Moments in Time

Toni Tui's Red Tulips

on exhibit August 1 – September 1, 2019

Each year, Sandy Spring Museum and the Olney Art Association work together to offer visitors new views of the surrounding area. This year’s theme was “Moments in Time.” On display were the beautiful works of local artists in varied mediums including watercolor, acrylic, oil and pastel. An opening reception was held Thursday, August 8.

Honoring Our Past, Celebrating the Future

Honoring Our Past, Celebrating the Future postcard with students observing artifacts, the SSM logo and Barnesville School logo. Includes reception information

On display January 3 – February 3
Closing Reception on February 2

An exhibit of art by students from the Barnesville School of Arts and Sciences, which explores and takes inspiration from the local history of the Sandy Spring community.

In early November, Middle School students spent a “Collaborative Day” visiting the Museum to prepare for this exhibit. Fifth through eighth graders explored a variety of objects from the museum’s collection, ranging from newspaper publications and handwritten correspondence to clothing, daguerreotypes (an early form of photographs), and athletic gear. Items were selected to represent four notable people from Sandy Spring’s past: suffragist Mary Bentley Thomas, baseball player Jack Bentley, postmaster and bank founder Alban Gilpin Thomas, and free black, shingle maker Remus Q. Hill.

Students were taught guidelines for object handling and were able to study pieces chosen specifically for this exercise. Explanations were shared of each item’s importance in the life of its prior owner. Students were asked to select objects that interested them most to sketch, and then wrote detailed descriptive paragraphs about them. These objects were the inspiration for artwork students created for the exhibit that will be on display at the museum through February 3.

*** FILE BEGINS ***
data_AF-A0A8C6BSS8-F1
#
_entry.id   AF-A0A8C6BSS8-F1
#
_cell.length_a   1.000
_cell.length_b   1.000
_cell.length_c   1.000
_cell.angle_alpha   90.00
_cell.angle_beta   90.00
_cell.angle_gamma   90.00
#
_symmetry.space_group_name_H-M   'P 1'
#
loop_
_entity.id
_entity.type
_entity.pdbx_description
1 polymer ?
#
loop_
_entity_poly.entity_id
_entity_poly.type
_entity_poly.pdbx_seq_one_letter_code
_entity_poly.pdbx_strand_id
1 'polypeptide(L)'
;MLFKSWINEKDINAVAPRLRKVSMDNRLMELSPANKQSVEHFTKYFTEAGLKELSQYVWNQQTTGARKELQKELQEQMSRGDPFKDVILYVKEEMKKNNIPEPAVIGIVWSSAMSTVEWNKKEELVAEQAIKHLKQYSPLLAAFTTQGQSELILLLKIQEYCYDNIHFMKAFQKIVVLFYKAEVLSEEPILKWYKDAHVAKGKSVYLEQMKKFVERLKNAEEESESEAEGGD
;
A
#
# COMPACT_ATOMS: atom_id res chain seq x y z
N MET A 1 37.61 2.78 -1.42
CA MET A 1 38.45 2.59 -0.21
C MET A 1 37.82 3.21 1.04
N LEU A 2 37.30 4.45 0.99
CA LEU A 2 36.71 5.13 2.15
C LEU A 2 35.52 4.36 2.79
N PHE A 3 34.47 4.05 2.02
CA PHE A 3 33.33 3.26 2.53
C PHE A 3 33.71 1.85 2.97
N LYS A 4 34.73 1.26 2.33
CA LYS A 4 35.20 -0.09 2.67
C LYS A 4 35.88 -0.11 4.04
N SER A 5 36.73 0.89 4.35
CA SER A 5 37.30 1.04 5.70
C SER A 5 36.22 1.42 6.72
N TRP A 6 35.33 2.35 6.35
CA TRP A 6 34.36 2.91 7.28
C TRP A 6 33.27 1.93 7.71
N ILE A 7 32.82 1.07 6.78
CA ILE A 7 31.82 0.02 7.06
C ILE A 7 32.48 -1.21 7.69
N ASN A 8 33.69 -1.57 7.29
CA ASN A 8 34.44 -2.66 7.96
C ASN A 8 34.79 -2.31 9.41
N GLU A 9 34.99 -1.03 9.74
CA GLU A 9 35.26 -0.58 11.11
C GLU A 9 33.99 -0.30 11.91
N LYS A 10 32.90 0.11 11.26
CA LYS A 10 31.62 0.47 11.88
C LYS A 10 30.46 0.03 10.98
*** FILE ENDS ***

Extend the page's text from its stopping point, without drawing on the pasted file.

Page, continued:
Color Your Community

Fair Hill Shopping Center - Olney Winery prominent

On display February 7 – April 28, 2019

Artists Martha Spak and Suzanne Brennan Firstenberg explored the interwoven quality of our Sandy Spring community through both two- and three-dimensional interpretation, inviting visitors to join them in creation of the art.

The exhibit included abstract expressionist oil and acrylic paintings, colorful film panels, life-scale figurative sculptures, and photos from the local community. Additionally, community members and guests joined in with the artists in finishing a mural depicting Sandy Spring faces and places, forming the unifying center of this exhibit. Visitors were invited to add to the mural, in both color and content, to join in the dialogue of the communal form itself. This visual dialogue invited visitors to explore the artist that resides in each of us and illustrate their unique place in the Sandy Spring Community.

Colored Folks: We Come in Every Shade

Image of Red Dog, a painting by Norman Greene

On display May 2 – July 28, opening reception May 2

“Colored Folks” is an art exhibit of Normon Greene’s paintings that show people as they really are- a mixture of colors, sizes, and differences. People come in all colors, from very light skin to very dark skin and all shades in between. This exhibit will display a collection of paintings celebrating our differences and similarities and the many ways in which we complement each other.

Greene draws inspiration from a number of art historical periods including cubism and futurism. He admires the expression and forms of Marcel and Raymond Duchamp, Henry Moore, and Umberto Boccioni. In his art, he strives to honor the human form through reflections on people’s relationships with themselves, each other, and their environments.

St. John’s Episcopal School: Our Life in Art

St. John's Episcopal School logo

On display May 2 – July 28, opening reception May 2

“Our Life in Art” features artwork from the students of St. John’s Episcopal School. Students have been working since October 2018 on these pieces and are thrilled to have the community view their work. For most students this is their first formal exhibition.

Each class, kindergarten through eighth grade, created a collaborative artwork that focuses on subjects such as reflections of themselves, their community, the world around them, religion, spirituality, and personal values.

Upper School students, fifth through eighth grade, were selected as solo artists and designed large-scale drawings and paintings that concentrate on personal experiences and ideals that they value as important. Their artwork consists of many different media including colored pencil, pastel, acrylic paint, and graphite.